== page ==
The $400 billion natural gas deal Gazprom signed with China National Petroleum Corp. last month strongly favors the Chinese company and its country, writes an analyst with Chatham House, the Royal Institute of International Affairs, London (OGJ Online, May 21, 2014).
“At best, the contract with China will barely allow Gazprom to cover costs,” writes Ilya Zaslavskiy, Robert Bosch fellow in the think tank’s Russia and Eurasia Program. “At worst, it could expose its monopoly and result in huge losses.”
Gazprom is to supply 38 billion cu m/year of gas under the 30-year deal at an average price, confirmed by Russian Energy Minister Alexander Novak, of $350/thousand cu m (Mcm), Zaslavskiy reports. Links to the price of oil remain vague.
Undisclosed take-or-pay requirements and future price negotiations probably are less favorable to Gazprom than those features of the Russian company’s contracts with European customers, the analyst says. CNPC had the stronger bargaining position because of its alternative gas supplies from Central Asia, Myanmar, LNG, and domestic resources of gas and coal.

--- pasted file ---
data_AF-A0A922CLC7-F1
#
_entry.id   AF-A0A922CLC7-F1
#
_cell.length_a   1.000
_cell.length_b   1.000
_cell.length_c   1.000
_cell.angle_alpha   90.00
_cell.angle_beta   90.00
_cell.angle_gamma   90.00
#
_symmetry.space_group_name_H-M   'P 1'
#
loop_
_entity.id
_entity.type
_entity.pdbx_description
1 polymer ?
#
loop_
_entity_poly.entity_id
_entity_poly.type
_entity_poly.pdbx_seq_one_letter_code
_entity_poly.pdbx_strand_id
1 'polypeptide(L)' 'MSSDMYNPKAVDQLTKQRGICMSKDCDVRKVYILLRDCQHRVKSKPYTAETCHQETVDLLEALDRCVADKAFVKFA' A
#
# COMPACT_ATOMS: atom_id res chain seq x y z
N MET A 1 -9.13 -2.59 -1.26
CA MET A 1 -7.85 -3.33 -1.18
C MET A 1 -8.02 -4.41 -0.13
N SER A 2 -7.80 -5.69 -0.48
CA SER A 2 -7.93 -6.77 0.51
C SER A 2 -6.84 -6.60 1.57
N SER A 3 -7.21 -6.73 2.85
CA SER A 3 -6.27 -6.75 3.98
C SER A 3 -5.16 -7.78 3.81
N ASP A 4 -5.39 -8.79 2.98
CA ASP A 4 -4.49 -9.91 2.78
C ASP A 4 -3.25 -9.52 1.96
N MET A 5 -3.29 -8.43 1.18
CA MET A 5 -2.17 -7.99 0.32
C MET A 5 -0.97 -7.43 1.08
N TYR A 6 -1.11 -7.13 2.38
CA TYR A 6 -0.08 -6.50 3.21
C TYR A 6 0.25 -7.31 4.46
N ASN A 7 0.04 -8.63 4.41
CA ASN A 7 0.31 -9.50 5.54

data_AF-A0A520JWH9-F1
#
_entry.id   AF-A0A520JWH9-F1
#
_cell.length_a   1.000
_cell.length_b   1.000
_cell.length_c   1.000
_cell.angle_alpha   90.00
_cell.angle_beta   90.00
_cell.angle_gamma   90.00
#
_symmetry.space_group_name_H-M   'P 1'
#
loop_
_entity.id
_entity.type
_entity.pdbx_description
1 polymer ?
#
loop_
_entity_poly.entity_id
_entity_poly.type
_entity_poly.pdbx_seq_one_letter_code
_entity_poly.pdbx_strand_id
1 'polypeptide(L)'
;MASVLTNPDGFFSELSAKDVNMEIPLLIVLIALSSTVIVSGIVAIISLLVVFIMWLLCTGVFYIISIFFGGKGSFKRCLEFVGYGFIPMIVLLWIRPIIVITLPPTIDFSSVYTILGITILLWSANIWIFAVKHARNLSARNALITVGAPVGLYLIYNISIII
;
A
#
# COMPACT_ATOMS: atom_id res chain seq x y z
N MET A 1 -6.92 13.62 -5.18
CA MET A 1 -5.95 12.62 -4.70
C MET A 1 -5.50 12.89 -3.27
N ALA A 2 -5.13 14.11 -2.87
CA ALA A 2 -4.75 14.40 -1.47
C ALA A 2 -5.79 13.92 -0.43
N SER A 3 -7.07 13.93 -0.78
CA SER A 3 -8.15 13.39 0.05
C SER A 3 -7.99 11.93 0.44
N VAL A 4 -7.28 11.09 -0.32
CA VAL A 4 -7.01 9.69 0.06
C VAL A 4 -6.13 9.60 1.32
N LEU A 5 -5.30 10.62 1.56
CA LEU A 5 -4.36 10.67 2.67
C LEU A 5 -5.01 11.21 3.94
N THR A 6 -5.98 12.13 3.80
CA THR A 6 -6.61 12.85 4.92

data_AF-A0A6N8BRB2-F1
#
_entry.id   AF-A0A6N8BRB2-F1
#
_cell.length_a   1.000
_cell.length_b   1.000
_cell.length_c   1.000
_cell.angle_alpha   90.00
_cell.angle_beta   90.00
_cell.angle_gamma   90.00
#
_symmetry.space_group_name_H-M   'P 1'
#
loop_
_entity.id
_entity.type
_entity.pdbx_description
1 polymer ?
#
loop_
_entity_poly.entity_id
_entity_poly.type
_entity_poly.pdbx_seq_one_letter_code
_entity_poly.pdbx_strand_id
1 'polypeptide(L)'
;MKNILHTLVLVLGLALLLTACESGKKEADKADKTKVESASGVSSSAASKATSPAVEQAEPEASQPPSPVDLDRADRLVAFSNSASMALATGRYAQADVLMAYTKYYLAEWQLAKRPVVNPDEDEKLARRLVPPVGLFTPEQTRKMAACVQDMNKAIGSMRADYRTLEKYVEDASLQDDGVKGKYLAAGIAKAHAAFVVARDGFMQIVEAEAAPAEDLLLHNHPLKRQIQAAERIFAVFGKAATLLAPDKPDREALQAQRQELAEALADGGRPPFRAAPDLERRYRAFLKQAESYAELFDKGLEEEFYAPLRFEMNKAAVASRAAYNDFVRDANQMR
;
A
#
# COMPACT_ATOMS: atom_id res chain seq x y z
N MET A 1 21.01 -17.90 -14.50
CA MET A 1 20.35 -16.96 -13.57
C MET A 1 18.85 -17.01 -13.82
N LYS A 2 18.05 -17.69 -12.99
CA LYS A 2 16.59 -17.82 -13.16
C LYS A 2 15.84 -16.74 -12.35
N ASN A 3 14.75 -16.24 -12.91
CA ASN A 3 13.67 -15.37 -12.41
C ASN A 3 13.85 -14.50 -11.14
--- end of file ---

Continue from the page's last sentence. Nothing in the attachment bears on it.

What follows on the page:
Zaslavskiy estimates Gazprom’s direct expenses on production, processing, and transit might exceed $300/Mcm.
That total includes $100/Mcm for development of Chayanda and Kovytka fields in eastern Siberia. Costs related to transportation and processing—including construction of the Power of Siberia pipeline, expansion of the Sakhalin-Khabarovsk-Vladivostok pipeline, and construction of a processing plant and petrochemical facility in Belogorsk—will be at least $150-200/Mcm, the analyst says.
Russian President Vladimir Putin suspended the mineral extraction tax in a move that will lower government receipts by $30 billion over the life of the contract.
“The real winner,” writes Zaslavskiy, is China.
“By forcing on Gazprom the same price that it pays for Central Asian and Burmese gas, China has confirmed its status as a regional gas price-setter,” he says, noting those suppliers receive an average $355/Mcm.
“The deal has also put China in a much stronger bargaining position against LNG suppliers in the United States, Canada, Australia, and the Middle East and opened doors for a relatively smooth transition to a more liberalized internal energy market.”